In almost every market, there’s someone who seemingly owns that market’s customers and prospects.
They’re the household name in that marketplace.
A common assumption is that they get so many customers that they may as well get them all.
To be sure, doing things that make you that household name is something I strongly encourage you to do. So what do you do if the market you want to enter already has a household name?
You’ve heard me suggest that you: Do more. Do it better. Do it more often. Do it differently.
The owner never has 100% of the market. If it’s a market you’re truly interested in, you need to figure out if there is enough left to make a business of it.
“Enough to make a business of it” has to last at least long enough to get a foothold so you can start to chip away at the leader and/or create new markets for what you do.
Can’t Get No…
For example, every single market includes customers who are dissatisfied.
They might not be that way because the market leader treated them poorly or failed to meet their expectations – though that’s certainly possible.
Every market has people who aren’t aware of the market “owner”, people who will intentionally choose someone other than the market leader just because that businessÂ is the leader, people who want something more/better/faster than what the leader does, people who want something different, people who have had a run in with the leader, and so on.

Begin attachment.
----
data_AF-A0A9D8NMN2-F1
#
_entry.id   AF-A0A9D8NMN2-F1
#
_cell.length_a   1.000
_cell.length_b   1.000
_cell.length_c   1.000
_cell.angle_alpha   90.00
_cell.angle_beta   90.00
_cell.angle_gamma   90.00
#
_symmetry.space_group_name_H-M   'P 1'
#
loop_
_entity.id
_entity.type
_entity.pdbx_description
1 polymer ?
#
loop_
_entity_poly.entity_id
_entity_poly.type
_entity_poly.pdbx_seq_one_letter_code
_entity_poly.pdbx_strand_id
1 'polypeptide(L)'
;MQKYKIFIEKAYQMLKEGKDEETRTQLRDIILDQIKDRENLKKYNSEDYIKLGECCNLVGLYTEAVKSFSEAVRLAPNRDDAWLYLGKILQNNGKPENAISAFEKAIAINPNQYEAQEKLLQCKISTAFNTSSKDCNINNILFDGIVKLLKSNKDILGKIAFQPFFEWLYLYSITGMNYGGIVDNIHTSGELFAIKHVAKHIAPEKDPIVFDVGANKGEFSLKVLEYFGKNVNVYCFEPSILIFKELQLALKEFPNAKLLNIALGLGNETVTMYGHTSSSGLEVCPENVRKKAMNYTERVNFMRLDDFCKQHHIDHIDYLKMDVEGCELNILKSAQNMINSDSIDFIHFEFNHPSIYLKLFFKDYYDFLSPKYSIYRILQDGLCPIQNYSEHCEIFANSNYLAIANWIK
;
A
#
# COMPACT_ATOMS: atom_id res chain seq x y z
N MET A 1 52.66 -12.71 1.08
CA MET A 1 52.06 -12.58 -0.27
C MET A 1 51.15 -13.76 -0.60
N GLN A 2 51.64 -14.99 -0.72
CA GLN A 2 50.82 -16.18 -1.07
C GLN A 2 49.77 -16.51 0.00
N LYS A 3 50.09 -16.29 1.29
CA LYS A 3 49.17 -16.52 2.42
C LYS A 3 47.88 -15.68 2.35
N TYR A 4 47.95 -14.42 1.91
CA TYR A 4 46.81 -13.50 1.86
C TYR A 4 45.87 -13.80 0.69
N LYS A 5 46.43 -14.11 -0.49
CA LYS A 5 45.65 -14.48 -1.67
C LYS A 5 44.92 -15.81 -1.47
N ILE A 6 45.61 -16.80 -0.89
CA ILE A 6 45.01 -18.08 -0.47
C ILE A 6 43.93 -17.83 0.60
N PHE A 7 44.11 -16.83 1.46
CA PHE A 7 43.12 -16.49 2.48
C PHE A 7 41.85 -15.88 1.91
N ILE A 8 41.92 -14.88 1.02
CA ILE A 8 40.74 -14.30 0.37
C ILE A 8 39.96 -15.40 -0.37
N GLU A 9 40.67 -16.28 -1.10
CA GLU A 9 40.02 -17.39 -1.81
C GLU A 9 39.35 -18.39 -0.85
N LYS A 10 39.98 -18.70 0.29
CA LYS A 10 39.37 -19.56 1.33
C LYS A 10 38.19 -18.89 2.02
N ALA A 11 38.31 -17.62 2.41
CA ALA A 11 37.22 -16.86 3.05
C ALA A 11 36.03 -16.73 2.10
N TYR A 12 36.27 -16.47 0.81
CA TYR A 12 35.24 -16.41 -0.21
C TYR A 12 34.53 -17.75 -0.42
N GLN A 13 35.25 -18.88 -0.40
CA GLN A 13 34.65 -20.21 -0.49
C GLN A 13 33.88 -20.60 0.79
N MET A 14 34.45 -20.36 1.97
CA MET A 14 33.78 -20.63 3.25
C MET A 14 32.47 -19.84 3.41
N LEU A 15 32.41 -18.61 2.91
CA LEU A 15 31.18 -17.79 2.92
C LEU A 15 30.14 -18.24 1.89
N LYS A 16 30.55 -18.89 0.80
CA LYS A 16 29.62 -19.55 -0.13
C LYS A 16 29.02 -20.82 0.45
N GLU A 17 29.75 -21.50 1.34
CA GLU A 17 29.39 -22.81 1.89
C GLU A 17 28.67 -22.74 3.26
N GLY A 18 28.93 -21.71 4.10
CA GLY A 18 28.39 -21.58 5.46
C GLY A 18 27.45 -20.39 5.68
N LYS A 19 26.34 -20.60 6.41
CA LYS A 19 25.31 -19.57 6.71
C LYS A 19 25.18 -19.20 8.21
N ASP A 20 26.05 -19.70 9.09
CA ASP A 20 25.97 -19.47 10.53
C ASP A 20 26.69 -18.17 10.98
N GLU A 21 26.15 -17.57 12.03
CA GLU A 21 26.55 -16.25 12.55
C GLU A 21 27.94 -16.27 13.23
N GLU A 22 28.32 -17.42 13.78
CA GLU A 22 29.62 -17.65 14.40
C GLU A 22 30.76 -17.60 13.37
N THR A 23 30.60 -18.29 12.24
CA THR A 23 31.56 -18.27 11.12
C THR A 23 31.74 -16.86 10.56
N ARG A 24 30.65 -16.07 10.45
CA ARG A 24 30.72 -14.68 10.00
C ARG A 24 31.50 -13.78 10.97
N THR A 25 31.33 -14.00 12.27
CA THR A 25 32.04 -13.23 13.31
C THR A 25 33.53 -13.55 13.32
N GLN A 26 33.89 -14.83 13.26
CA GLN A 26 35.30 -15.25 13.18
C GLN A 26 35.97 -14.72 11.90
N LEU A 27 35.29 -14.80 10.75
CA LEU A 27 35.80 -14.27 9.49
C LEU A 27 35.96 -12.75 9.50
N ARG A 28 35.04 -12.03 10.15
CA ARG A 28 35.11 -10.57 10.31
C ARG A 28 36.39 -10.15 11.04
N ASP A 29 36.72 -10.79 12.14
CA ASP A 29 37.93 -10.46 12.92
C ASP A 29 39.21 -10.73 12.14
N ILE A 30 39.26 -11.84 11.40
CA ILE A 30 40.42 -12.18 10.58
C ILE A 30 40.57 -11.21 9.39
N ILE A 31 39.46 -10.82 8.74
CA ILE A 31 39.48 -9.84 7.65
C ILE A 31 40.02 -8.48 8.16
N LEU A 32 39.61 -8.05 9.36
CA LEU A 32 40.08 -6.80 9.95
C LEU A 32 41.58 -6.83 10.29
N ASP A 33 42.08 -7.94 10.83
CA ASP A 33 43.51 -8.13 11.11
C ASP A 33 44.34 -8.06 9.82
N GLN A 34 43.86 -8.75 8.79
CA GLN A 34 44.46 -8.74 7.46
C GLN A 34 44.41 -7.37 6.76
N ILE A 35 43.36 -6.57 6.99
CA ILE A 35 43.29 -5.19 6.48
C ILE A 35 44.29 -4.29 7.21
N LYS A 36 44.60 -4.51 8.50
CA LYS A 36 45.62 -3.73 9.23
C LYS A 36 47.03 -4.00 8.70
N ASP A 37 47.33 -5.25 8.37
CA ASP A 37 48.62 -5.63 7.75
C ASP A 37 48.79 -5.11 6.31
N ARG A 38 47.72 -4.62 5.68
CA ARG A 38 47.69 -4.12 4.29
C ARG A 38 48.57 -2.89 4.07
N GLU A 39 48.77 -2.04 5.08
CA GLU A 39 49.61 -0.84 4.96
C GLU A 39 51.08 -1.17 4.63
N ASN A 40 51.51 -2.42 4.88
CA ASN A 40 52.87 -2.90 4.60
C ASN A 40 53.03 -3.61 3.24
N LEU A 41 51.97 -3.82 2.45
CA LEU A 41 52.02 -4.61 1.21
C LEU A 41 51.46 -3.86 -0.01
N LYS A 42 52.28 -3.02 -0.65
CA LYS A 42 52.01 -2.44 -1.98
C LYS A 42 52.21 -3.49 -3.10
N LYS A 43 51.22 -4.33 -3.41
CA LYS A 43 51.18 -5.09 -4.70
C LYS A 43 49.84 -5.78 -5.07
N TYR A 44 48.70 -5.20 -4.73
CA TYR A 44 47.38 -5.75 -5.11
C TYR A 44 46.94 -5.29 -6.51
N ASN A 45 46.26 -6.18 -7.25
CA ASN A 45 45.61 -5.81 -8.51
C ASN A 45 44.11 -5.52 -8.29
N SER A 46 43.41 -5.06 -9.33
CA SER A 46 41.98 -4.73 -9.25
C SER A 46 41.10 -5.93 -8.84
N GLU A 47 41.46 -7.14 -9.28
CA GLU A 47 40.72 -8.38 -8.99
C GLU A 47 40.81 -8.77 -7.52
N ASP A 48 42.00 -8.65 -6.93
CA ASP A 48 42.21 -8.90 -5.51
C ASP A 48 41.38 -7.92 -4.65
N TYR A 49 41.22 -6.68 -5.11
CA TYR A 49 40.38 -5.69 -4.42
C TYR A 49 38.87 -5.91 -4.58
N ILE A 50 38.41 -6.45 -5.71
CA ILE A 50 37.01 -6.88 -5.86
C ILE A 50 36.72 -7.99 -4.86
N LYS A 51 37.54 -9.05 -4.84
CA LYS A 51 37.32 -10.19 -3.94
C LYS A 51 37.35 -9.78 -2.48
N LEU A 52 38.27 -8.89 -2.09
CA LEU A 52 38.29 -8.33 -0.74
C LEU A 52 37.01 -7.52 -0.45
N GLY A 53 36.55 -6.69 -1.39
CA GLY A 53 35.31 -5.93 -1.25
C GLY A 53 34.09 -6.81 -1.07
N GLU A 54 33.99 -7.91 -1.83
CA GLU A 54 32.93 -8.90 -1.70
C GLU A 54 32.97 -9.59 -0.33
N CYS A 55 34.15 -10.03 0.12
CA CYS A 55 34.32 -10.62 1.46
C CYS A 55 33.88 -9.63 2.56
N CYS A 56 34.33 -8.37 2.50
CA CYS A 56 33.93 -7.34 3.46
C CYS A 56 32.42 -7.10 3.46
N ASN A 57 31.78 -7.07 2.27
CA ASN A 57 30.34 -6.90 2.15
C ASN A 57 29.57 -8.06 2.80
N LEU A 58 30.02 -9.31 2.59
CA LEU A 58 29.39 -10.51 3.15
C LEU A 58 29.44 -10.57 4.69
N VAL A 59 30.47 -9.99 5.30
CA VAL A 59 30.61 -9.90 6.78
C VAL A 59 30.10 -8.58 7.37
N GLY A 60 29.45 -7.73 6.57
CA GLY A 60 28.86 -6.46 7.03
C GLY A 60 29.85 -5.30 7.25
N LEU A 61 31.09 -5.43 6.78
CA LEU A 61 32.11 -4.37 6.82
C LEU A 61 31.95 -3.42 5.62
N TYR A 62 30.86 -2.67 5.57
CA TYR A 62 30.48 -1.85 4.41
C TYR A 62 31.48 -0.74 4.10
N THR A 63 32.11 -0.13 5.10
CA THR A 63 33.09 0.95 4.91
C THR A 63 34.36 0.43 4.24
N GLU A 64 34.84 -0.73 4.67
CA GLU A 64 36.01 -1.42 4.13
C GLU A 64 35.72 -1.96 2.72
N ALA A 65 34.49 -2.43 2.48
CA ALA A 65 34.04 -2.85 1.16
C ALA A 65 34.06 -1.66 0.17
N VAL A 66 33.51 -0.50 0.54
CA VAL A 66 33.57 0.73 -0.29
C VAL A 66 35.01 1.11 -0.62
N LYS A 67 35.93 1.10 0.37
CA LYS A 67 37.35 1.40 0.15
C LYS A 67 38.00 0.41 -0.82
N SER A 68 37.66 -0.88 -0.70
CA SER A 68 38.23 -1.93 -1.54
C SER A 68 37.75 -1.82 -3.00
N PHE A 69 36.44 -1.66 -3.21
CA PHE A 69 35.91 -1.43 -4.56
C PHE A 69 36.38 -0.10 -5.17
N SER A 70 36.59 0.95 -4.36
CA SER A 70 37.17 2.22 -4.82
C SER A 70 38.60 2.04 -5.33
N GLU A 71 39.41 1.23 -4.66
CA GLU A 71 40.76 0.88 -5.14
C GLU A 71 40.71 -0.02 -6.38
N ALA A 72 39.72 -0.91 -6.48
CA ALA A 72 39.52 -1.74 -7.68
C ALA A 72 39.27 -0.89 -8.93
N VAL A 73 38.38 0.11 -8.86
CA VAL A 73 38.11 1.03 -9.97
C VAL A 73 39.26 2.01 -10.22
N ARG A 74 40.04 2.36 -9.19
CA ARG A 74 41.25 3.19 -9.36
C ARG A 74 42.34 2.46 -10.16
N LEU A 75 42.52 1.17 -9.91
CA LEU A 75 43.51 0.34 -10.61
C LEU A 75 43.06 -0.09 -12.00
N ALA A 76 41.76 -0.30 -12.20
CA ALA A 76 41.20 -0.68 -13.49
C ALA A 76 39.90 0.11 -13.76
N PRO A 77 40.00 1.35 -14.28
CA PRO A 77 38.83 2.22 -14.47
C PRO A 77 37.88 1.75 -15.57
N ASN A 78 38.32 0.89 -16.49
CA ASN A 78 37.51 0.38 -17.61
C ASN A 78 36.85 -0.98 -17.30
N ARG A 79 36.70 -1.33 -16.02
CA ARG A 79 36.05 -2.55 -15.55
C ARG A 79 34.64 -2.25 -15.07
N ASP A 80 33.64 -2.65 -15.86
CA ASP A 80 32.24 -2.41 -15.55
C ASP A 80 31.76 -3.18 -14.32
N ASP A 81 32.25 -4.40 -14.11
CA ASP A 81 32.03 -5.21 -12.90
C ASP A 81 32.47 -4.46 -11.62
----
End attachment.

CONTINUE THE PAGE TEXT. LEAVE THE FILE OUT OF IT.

No matter what the reason is that you have them, the expectations thing is a big deal.
In the absence of someone setting expectations for them, people assume their personal expectations will be met – at whatever level they have them. Failing to set expectations almost guarantees dissatisfaction among some portion of the population you serve because their assumptions will be higher than yours.
Different levels are OK. Disappointment is not.
Because you’ll find different levels of expectations, you have an opportunity to create good, better, best, unbelievable, and rock-star class tiers of products and services. Still, your job is to set those expectations as appropriate so that even the lowest tier of service gets *at the very least* exactly what they expect.
How often do you get *exactly what you expect* from a business?
Think hard about that.
Now the hard question:Â How often do your customers get exactly what they expect from your business?